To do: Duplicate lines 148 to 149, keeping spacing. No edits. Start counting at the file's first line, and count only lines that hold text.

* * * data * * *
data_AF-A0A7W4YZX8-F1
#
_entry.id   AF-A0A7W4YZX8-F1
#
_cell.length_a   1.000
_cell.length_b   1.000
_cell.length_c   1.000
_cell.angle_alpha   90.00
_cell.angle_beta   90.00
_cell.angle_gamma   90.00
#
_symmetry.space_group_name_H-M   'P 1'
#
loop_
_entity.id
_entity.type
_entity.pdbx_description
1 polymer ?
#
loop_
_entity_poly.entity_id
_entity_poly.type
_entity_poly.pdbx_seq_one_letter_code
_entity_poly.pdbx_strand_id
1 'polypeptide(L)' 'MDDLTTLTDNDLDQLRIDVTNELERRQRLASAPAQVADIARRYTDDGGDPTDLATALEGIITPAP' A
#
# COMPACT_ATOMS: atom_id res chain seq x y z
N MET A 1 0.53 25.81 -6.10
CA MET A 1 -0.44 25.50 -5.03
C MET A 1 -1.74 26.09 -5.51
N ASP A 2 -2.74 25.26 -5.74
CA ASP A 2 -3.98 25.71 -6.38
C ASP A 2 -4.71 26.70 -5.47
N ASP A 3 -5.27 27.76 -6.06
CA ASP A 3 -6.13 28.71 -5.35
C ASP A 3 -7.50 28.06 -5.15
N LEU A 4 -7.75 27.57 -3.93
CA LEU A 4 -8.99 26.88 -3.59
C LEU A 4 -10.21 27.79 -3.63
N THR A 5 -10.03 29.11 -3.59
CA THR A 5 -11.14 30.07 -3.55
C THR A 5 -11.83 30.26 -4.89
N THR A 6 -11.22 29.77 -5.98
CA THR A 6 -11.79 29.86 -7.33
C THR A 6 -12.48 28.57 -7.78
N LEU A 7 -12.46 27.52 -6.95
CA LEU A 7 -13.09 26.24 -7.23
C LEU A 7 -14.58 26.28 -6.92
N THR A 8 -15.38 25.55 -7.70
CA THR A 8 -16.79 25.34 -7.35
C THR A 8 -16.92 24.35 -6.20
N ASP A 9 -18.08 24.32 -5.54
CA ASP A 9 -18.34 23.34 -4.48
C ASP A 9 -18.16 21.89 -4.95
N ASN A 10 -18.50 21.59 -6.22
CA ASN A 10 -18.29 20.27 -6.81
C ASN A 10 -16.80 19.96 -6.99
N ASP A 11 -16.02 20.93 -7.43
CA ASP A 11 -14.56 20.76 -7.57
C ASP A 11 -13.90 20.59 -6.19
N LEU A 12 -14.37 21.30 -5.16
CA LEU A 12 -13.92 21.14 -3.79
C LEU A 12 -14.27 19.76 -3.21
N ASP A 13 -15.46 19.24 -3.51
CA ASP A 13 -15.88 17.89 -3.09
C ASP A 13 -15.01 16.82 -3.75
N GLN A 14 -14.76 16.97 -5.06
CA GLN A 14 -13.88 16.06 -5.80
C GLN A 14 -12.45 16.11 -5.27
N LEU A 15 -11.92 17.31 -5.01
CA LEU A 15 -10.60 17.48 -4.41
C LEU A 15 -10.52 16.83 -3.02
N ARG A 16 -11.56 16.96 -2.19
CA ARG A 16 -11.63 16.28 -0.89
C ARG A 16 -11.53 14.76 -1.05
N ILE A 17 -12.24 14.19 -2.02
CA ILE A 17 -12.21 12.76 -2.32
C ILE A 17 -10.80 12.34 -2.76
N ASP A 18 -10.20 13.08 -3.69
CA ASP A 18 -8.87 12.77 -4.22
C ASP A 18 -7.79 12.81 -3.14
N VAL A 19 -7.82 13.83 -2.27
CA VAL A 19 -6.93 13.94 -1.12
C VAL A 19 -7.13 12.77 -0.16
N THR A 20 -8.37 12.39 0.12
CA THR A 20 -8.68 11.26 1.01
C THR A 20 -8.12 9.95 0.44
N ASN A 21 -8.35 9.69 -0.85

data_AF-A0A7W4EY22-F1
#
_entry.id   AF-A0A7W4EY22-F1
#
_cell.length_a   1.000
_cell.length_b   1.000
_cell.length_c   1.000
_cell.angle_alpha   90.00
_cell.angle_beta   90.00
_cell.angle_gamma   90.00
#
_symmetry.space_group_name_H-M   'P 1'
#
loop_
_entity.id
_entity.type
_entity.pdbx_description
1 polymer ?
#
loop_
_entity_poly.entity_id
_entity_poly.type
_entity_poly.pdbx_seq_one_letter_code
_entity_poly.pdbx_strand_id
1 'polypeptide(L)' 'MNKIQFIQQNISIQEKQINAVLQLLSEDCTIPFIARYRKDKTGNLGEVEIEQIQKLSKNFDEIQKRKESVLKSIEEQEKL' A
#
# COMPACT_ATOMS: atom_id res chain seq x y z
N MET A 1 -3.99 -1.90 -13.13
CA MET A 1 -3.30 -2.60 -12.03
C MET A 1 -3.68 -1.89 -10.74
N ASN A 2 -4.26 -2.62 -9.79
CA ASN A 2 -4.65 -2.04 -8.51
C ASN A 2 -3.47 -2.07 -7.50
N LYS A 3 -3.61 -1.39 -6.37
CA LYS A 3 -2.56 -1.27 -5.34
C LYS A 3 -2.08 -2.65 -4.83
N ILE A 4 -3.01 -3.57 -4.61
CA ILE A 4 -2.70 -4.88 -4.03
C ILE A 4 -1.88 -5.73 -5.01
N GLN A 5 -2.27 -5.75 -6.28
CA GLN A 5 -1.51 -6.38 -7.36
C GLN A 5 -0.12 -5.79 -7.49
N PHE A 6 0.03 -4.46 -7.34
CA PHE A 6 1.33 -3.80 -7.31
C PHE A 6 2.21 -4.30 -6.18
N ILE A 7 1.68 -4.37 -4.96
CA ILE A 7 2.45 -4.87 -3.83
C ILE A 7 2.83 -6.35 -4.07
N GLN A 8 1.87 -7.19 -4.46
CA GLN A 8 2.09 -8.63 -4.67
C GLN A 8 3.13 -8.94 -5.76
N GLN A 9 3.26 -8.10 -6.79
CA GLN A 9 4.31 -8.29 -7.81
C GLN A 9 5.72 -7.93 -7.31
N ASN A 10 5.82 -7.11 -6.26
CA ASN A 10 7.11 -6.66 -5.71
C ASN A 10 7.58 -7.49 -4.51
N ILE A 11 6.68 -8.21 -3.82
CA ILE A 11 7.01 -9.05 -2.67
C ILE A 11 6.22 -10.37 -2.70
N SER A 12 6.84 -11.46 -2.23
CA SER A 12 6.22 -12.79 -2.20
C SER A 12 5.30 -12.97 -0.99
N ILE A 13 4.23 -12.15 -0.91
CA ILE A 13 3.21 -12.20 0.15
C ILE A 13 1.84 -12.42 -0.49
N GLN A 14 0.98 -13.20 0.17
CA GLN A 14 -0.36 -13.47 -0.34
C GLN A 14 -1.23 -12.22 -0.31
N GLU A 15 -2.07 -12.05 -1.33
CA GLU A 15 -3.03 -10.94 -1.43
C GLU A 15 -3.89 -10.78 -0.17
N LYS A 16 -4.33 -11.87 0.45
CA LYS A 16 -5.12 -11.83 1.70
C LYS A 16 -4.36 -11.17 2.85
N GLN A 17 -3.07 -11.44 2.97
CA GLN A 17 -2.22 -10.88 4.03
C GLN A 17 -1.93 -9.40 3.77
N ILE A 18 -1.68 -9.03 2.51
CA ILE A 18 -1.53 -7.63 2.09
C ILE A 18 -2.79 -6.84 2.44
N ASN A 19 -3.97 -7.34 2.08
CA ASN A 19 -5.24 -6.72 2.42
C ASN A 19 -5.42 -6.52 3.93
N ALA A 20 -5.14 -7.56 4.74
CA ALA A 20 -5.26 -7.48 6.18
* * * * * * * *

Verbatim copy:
C ILE A 11 6.22 -10.37 -2.70
N SER A 12 6.84 -11.46 -2.23